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[p. 89]

May 9 the regiment crossed the Rappahannock for the tenth and last time, as it marched toward Washington and home. The regiment arrived in Readville, Massachusetts, at seven o'clock in the morning, June 6, 1865. The records of the company are responsible for the statement that here the Light Guard, after thirty-four months of faithful service, basely deserted! Nobody blamed them then, and certainly no one does now, for what mortal man could stand being cooped up in barracks, only a few miles from home, which he had not seen for almost three years? But all went back again, and on June 9 appeared at the Providence Station, Boston, where they were received by the Lawrence Rifles, Capt. B. F. Hayes, the Boston Cornet Band, and a large delegation of citizens of Medford, under the marshalship of Gen. S. C. Lawrence, through whose agency the captain had been able to receive special permission for their return that day. Mr. Nathan Bridge made an address of welcome in behalf of the selectmen. After a march through Boston the company took the train to Medford. The arrival of the train at Park street was announced by the booming of cannon, which was echoed by several other pieces stationed in different parts of the town. The records say, ‘By their incessant roar they seemed determined to remind us of the many trying scenes through which we had so recently passed.’ After a march through several of the principal streets to West Medford, where a collation was furnished by the citizens of that part of the town, the company returned to the square, where they were entertained by the Lawrence Rifles at their armory in Usher's Building. The town gave the Light Guard a reception on June 14, and another was given by Washington Engine Co., No. 3, at Green Mountain Grove on the twenty-eighth.1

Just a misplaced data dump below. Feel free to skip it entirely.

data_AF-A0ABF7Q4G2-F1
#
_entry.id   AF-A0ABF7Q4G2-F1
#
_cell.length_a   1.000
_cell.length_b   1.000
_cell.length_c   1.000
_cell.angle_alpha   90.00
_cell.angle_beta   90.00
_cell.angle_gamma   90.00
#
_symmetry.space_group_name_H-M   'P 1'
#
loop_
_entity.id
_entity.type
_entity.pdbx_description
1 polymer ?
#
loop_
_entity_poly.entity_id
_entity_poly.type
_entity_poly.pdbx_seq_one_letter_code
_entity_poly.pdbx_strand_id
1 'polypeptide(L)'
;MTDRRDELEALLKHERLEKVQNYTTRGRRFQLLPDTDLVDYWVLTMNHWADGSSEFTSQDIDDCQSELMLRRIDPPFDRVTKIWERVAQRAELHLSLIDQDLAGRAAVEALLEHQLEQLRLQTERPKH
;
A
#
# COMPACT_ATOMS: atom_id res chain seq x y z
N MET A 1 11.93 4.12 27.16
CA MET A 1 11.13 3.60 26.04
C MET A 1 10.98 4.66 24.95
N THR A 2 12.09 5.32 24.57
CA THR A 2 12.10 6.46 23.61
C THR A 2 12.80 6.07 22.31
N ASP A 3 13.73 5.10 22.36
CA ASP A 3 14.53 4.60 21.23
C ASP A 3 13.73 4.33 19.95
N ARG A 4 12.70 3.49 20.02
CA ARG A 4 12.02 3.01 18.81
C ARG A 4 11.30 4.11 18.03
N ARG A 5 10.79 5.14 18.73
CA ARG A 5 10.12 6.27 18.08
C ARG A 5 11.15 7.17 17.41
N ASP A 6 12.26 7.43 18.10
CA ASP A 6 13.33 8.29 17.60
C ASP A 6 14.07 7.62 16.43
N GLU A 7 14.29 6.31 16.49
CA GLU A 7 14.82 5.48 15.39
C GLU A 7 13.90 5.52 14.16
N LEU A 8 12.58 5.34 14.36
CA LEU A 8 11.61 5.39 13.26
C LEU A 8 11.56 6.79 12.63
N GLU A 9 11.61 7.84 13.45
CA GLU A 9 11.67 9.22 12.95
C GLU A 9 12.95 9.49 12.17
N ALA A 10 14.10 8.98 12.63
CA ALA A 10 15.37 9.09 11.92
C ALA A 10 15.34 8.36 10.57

These were days of rejoicing, but the booming of cannon, the huzzas, and the music only drowned the sounds

1 See Usher's History of Medford.

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